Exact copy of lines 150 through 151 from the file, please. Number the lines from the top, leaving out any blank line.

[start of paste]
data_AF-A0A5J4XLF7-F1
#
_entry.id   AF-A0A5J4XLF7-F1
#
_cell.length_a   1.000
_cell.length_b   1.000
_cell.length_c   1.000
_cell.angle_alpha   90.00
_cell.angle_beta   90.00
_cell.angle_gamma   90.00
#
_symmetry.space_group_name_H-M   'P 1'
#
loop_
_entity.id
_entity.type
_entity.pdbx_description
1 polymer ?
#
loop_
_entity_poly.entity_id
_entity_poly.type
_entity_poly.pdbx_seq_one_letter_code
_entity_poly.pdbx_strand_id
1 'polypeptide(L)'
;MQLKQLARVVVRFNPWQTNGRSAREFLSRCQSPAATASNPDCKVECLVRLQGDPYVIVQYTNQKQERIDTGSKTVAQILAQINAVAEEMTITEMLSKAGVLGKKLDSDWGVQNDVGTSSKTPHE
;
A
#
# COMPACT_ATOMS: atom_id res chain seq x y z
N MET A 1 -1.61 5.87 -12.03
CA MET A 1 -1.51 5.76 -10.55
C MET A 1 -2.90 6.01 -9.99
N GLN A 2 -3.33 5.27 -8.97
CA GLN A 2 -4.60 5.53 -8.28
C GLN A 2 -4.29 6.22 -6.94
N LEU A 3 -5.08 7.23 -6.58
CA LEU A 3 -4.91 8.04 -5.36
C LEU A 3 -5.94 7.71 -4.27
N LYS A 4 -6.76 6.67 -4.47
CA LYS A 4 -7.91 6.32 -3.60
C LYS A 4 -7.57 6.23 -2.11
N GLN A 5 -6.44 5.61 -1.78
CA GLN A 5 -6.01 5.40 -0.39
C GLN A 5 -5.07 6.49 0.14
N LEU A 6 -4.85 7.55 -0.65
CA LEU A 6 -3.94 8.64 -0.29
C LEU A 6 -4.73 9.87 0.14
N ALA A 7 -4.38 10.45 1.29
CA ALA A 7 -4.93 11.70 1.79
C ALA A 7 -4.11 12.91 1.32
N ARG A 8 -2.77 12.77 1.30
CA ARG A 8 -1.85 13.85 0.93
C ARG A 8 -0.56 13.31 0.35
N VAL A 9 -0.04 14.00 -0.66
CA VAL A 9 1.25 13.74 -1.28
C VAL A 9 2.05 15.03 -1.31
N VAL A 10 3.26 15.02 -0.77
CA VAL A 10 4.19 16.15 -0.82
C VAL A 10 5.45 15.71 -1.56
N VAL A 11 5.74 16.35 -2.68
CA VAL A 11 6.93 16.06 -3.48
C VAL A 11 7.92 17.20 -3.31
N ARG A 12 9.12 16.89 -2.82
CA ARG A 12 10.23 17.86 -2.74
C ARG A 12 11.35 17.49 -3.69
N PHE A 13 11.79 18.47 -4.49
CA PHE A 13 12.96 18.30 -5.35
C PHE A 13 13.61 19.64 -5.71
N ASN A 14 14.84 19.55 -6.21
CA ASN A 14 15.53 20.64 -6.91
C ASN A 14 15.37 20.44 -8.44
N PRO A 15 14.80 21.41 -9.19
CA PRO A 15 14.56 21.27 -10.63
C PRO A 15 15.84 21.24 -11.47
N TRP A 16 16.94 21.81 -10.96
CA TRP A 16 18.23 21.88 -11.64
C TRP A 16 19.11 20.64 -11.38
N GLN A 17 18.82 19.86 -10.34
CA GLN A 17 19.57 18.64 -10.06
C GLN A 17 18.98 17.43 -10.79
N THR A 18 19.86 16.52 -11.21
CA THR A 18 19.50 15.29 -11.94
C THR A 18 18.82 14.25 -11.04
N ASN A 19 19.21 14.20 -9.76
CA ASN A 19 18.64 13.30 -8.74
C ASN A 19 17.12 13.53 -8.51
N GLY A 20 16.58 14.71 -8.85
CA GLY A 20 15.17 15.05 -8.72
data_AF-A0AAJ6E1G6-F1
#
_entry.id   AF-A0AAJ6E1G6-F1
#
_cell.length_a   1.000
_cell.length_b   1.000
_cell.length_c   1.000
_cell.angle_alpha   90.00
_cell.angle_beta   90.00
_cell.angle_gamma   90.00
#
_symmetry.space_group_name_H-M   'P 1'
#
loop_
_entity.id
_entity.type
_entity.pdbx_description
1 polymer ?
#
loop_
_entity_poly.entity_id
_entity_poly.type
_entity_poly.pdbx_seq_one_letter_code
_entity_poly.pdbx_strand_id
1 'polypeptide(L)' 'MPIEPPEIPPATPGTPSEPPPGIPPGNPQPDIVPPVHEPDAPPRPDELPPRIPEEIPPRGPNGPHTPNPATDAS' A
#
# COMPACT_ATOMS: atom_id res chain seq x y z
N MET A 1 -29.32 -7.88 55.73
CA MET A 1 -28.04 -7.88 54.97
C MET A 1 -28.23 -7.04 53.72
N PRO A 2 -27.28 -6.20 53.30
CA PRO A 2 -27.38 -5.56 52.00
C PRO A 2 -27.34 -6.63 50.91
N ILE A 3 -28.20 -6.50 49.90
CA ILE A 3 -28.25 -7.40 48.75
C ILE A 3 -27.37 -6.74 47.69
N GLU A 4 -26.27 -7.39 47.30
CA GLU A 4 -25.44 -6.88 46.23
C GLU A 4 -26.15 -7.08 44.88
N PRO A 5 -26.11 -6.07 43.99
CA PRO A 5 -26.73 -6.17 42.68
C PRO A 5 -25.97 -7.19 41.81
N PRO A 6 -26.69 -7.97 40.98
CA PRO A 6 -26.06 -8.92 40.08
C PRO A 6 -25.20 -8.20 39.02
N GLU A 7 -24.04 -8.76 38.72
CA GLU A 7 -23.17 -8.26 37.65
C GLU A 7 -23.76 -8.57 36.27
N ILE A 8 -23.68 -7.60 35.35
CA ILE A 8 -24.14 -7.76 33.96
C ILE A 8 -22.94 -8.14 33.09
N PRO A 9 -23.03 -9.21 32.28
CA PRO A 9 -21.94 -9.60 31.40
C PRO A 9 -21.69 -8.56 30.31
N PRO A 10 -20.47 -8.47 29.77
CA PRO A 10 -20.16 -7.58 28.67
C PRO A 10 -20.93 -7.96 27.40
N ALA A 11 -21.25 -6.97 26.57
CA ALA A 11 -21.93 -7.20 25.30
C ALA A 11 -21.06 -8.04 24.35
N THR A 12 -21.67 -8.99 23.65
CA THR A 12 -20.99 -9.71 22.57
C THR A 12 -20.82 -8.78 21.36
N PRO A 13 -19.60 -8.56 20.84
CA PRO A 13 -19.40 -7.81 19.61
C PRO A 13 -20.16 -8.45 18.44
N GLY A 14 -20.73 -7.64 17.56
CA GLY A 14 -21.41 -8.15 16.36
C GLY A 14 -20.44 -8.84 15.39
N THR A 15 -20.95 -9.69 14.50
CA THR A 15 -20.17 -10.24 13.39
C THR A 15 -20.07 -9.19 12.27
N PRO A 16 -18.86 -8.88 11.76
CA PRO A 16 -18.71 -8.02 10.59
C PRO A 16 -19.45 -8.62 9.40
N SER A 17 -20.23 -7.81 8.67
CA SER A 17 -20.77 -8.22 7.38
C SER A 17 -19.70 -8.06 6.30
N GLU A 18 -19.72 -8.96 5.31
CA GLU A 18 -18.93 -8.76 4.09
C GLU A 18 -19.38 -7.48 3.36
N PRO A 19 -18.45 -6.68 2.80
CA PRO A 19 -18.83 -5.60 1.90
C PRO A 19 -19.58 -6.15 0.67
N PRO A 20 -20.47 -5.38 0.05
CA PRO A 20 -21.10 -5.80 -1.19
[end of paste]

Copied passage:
N THR A 12 -21.67 -8.99 23.65
CA THR A 12 -20.99 -9.71 22.57